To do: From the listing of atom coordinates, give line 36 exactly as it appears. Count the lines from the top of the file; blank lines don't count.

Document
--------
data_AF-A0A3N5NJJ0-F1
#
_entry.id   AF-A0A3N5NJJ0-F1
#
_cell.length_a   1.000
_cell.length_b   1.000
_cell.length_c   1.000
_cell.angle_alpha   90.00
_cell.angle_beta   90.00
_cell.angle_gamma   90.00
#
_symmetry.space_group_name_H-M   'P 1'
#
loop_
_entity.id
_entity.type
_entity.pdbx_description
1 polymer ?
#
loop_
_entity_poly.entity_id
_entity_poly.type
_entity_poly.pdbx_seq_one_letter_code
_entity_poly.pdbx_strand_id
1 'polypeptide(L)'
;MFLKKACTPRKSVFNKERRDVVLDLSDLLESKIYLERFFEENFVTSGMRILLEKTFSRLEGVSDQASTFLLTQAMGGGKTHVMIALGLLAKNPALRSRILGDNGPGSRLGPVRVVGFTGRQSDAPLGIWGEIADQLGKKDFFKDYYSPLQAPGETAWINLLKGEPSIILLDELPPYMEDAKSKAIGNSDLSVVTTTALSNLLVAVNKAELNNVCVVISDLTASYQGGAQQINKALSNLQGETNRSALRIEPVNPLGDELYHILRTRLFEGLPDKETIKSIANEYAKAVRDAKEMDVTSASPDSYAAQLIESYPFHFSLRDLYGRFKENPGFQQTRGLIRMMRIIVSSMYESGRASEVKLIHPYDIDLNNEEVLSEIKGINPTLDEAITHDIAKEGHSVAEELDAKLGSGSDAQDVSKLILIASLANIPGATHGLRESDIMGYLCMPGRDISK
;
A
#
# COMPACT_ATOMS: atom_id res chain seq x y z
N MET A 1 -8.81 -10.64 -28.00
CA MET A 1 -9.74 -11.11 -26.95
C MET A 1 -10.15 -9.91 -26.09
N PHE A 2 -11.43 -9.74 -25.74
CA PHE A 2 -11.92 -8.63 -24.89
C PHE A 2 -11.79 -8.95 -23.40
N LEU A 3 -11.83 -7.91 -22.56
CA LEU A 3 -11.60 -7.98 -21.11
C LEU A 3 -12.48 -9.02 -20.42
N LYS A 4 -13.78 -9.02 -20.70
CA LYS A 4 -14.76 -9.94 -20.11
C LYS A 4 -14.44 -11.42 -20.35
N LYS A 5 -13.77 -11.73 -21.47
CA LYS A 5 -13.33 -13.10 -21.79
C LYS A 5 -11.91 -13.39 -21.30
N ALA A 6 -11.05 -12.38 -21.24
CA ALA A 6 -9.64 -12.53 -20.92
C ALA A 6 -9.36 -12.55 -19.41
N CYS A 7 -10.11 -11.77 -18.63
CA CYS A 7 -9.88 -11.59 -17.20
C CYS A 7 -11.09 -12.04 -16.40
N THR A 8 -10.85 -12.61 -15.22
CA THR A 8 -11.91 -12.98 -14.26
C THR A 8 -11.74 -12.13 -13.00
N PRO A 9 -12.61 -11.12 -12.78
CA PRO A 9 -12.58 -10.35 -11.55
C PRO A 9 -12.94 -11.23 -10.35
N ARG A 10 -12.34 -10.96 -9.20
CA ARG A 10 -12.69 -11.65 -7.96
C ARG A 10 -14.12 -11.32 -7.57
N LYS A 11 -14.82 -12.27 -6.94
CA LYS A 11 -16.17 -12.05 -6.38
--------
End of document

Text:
C PHE A 2 -11.79 -8.95 -23.40